Transition movement for churches?
The Transition Town Movement has nearly four hundred initiatives in Britain, emphasising community-based responses to climate change, over-dependence on decreasing oil supplies, and the failings of the global economic system. How should churches respond to Transition? Trevor Jamison, Environmental Chaplain at Eco Congregation Scotland, has been reading the recently published book, ‘Transition Movement for Churches’ by Tim Gorringe and Rosie Beckham.
Tim Gorringe and Rosie Beckham
Transition Movement for Churches. Norwich: Canterbury Press, 2013. 84 pp.
This is a world with people increasingly worried by climate change, continually searching for additional fuel supplies, and doubtful about claims that all is well with the economic system. The Transition Town movement, with nearly four hundred initiatives in Britain and more than nine hundred worldwide, seeks to address these concerns through community-based actions, stressing appropriate technology use and the role of the local economy. Transition, argue Tim Gorringe and Rosie Beckham, authors of this slim but very useful volume, is a movement of the Spirit, with which churches should engage, both benefitting from the relationship.
Church-based environmental initiatives, such as Eco Congregations are affirmed, but being church-based, they don’t take part directly in a wider movement within society, with the benefits and opportunities that presents. Through involvement in Transition, Christians have the opportunity to reclaim something of the concept of Church challenging popular views of it as a location, a set of buildings. Participation brings an opportunity both to learn from others. It also brings the credibility needed to offer fresh insights and friendly critique for some aspects of the Transition movement, particularly with regards to the practice of ‘Inner Transition’.
After an introduction to Transition, readers are offered eight (short) chapters which set out a Christian perspective on the movement. This begins with God (‘the NAME’) and the biblical story of journey. Christianity is presented as a faith of ‘the way’, involving a deep, appropriate appreciation of God’s creation. Christian responses must include talk of Jesus, whose incarnational life, death and resurrection demands an active, this-worldly response. That needs to recognise the reality of ‘powers’ – economic, political and social – which create ‘a society organised against God’, but challenged in occasions such as the Eucharist. Some aspects of Transition are also questioned, such as a tendency to downplay failing and pain as part of the shared experience, in favour of emphasising fun and progress in order to maximise participation.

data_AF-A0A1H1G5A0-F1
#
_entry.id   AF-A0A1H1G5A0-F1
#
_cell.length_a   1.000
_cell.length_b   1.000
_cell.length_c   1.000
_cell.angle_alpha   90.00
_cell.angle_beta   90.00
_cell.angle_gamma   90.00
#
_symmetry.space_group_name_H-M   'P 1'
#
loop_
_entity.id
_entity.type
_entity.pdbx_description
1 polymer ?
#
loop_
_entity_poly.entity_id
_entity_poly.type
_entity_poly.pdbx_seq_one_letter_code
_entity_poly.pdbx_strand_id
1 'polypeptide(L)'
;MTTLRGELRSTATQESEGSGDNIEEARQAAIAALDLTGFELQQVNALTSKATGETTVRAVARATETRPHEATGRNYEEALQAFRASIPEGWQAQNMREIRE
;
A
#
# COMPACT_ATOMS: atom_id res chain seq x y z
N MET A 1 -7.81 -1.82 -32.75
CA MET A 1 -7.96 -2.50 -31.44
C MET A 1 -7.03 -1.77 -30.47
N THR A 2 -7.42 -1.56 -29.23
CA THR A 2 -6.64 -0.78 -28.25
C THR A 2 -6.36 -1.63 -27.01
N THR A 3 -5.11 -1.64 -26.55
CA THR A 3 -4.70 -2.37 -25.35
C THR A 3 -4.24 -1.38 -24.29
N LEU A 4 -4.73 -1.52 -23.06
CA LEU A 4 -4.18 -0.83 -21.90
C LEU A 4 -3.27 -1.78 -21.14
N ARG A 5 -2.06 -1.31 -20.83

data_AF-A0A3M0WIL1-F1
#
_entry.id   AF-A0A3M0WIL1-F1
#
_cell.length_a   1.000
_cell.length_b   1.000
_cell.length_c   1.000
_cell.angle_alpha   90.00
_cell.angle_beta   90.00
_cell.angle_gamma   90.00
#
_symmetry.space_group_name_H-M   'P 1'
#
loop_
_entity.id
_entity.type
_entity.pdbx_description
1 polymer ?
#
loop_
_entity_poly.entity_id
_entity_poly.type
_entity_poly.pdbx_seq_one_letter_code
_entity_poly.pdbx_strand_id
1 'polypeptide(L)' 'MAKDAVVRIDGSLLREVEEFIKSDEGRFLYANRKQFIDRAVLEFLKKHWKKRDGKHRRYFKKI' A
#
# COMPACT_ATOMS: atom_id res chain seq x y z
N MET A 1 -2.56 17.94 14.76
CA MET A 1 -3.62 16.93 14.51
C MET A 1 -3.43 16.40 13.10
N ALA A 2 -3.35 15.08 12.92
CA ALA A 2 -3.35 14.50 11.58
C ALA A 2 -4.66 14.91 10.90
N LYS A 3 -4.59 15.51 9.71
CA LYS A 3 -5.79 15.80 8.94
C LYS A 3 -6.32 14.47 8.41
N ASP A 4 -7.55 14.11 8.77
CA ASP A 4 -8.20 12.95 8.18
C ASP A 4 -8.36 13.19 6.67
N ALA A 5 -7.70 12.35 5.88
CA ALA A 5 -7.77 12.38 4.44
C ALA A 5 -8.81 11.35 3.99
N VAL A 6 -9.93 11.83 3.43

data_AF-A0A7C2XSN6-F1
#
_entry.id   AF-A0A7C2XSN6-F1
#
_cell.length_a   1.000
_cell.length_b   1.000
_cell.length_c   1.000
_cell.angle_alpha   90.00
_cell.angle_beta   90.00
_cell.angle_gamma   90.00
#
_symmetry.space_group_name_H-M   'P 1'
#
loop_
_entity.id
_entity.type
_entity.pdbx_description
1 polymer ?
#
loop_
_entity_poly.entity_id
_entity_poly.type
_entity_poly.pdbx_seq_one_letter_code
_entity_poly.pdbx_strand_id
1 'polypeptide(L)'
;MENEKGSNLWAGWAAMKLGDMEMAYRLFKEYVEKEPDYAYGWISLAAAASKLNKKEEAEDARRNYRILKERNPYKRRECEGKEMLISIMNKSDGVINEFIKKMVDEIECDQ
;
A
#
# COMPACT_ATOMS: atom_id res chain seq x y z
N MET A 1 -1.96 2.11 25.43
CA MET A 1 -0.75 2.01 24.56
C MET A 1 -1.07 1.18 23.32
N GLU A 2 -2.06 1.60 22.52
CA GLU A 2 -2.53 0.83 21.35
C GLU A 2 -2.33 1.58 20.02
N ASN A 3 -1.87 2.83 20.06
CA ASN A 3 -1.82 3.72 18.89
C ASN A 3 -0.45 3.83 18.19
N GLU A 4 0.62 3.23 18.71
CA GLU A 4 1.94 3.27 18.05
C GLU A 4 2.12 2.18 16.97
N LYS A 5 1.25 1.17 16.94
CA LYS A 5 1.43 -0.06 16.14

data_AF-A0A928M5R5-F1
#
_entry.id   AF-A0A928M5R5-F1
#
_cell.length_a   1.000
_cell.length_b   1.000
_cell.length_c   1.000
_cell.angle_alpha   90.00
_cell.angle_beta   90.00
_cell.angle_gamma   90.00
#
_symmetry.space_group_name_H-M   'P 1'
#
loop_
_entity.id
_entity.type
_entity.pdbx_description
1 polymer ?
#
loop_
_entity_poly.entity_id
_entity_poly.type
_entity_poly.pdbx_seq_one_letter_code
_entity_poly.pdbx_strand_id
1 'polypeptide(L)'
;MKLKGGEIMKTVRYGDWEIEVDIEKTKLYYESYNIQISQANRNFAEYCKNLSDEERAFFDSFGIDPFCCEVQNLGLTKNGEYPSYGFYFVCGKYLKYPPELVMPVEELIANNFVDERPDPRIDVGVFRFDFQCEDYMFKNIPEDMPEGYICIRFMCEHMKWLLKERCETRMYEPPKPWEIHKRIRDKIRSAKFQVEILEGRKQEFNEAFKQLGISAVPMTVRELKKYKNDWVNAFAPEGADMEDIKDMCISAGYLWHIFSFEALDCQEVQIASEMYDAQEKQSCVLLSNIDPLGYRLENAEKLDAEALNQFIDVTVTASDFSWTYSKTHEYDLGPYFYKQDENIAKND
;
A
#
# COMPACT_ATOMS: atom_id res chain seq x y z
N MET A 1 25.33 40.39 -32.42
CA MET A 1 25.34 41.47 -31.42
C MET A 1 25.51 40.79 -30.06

Also, Christians, we are reminded, understand and experience the Spirit as God acting externally, in the world, not just in the terms of the individual psychological change emphasised by Inner Transformation. Christians give a central place to worship, a practice of praise, taking us out of ourselves; including prayer, which makes us look to the situation of others beyond ourselves. All of this is grounded in hope, not a blind faith in technology or even informed faith in better technology, but ultimately believing (using words from Jurgen Moltmann) ‘that even the end of the world hides a new beginning if we trust the God who calls it into being.’
This book is informative, providing strong affirmation of the Transition movement, though also prepared to ask questions of it. It is written in language that suggests a Church setting is envisaged for many of its readers, but an awareness that others might also be interested. The book includes resource lists for information both on Transition Towns and on specifically Christian approaches to the environment. Chapters conclude with two or three well-crafted questions for thought and discussion, presumably with church reading and study groups in mind. Ultimately, however, the authors most want this book to be in the hands of church decision-making groups, where discussions lead to action. In their concluding words, ‘this book is a call to the discipleship community to get involved – urgently – in the task of Transition’.
Trevor Jamison, Environmental Chaplain, Eco Congregation Scotland